Setting up your legs
Look at one of your legs and notice the loop of lace at the very top. This is (obviously) the one that will be used to hang your legs from your belt. What is not so easy to see is our intended technique.
Step one - Setting up your arming belt
Here's a picture of a Dark Victory Arming belt, rigged out with laces to serve as arming points. Your belt will not have the laces installed even if you purchase it from us since we don't know where to punch the holes for your body style.
As you look at it, you'll see that the belt has two laces that have been attached to the belt. When you set up your own belt, these need to be punched through the leather at points directly above where your cuisse (thigh) loops will be. Once you've set up the belt with properly placed laces you'll be ready to attach and adjust the hanging height on the legs.
Step two - Hanging
Preferred means of attachment is to take one of the arming point laces (the one attached to the belt) and run it through the cuisse loop, then secure with a doubled bow tie.
Step three - Height
We'll want to make sure that the legs are hanging at the right height. By shortening the cuisse loop (tying a knot to keep it that length) you will raise the level at which the leg hangs. Naturally making the cuisse loop longer will lower where the leg hangs. The most important consideration in this alignment is to make sure that the knee plate matches the knee. The leg armor has to bend where the legs actually bends.
Tip: The lace at the back of the cuisse doesn’t need to be super tight when on the field. Just tight enough to keep ‘em from flopping around when you run.
Padding your legs
You'll want to use padding where people hit you and where you are particularly bony. For most people these two areas are the outside of the cuisse (hit) and the knee (bony).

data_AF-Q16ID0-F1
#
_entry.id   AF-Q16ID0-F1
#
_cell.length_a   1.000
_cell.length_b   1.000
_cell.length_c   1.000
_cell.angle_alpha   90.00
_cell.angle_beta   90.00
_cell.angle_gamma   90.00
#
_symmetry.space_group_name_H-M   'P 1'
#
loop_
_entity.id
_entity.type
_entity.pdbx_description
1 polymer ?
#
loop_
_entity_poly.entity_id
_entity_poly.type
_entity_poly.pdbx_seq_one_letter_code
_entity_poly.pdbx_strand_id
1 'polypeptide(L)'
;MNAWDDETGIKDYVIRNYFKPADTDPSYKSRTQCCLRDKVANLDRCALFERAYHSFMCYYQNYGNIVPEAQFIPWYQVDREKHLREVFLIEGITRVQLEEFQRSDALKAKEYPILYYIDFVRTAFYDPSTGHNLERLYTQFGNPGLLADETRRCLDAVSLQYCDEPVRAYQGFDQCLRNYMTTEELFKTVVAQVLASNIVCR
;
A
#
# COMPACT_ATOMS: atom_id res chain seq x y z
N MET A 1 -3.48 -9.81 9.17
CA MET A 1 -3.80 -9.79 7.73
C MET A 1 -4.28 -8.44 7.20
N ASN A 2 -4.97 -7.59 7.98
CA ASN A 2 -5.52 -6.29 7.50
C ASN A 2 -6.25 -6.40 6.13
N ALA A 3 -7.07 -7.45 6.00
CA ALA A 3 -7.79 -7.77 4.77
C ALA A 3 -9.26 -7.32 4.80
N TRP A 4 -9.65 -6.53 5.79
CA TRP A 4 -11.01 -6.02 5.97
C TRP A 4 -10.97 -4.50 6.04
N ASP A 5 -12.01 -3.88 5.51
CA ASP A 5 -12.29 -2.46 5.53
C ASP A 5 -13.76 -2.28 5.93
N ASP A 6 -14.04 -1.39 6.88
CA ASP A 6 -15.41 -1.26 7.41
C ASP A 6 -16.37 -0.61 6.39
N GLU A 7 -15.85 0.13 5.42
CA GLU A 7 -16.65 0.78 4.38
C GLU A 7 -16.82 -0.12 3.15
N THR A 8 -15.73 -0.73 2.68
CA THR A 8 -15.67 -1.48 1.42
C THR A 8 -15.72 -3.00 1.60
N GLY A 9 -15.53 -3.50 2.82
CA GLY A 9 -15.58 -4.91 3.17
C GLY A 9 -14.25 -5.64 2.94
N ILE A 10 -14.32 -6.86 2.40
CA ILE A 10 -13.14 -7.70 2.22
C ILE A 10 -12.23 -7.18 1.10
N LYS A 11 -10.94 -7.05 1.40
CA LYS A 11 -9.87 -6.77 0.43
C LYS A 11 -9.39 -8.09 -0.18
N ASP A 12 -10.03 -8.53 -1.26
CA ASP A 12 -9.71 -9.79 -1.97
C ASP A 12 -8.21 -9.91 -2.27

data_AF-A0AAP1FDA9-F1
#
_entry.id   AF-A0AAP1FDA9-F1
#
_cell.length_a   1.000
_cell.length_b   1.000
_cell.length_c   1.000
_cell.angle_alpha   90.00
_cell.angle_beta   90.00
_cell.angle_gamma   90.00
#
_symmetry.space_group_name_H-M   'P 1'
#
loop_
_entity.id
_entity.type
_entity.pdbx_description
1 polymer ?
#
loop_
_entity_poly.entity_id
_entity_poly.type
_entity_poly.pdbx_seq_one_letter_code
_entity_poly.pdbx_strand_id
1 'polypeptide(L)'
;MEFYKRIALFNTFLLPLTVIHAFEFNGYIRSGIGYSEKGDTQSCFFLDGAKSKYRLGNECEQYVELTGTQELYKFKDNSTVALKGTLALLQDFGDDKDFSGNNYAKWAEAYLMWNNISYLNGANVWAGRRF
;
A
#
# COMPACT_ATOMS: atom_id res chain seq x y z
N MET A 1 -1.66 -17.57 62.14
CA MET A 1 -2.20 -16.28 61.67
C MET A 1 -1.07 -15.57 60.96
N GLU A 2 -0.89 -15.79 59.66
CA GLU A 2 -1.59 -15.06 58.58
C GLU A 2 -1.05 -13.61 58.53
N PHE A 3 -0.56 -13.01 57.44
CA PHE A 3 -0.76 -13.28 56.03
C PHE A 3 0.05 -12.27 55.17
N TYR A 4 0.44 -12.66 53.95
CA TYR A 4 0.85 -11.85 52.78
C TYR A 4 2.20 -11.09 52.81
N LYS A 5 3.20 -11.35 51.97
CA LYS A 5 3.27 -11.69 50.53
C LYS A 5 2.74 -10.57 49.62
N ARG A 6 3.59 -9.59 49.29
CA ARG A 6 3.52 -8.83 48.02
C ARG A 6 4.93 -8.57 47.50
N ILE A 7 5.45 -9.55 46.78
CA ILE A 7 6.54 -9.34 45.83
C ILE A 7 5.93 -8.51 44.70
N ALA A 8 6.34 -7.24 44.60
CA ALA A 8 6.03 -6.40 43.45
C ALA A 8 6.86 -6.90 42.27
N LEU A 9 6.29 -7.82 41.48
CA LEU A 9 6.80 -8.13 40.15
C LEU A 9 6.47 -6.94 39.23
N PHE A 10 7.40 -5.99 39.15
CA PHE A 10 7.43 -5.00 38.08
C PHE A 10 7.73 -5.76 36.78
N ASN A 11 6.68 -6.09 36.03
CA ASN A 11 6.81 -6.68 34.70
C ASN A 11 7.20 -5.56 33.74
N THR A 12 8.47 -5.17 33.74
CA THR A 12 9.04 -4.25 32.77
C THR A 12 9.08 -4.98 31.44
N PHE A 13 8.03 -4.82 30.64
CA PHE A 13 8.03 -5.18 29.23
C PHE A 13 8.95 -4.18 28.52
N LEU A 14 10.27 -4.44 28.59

Step one - Padding where they hit you
Our preferred technique for padding is to install vertical strips of 3/8"-1/2" closed cell foam (commonly available as camp mat for use under sleeping bags). We say vertical stripes because this allows some air to flow and keep you cooler in warm weather. On legs the most common point of impact is indeed the outside of the thigh. That's where you'll want to pad first. As you start using your armor you'll discover areas that you may wish to add more padding and others that require less. .
Step two - Padding the bony parts
Just about everyone knows that knees are off target in SCA fighting. However knees still get hit. When that swift sword plows into you, we're going to want to distribute the impact force. For many, kneepads are an excellent choice. In our experience at DVA we think that they are the best. But let's take that concept to the next level. Since there is elastic in the kneepad, we'd like to put it on double duty and help it keep your legs in place as you are fighting. So the preferred method of using kneepads with the armor is to attach them to both sides of the knee plate. We'll do that by removing the lacing that runs through the knee plate and then noting the two holes on each side of the knee plate. We'll want to burn corresponding hole through the side of the kneepad in order to lace them in. Burning those holes can be done with a soldering iron, or more commonly available, a nail that's been heated up to red while gripped by pliers. Careful... hot stuff can burn you too. Lace in the two sides of each knee and you now have a nice way to keep the legs where they need to be and padding them at the same time.
Check out our padding page for more of the Zen of padding.
We can only give you so much advice without seeing you in person, so our information is general and should be thought of as a good start but not necessarily the last word. In all these matters, consult with your local marshals since they are often the more experienced and know how things should be protected. They are there for your safety and are eager to help
All right, I've blathered on long enough about tips and techniques. Get out there and fight!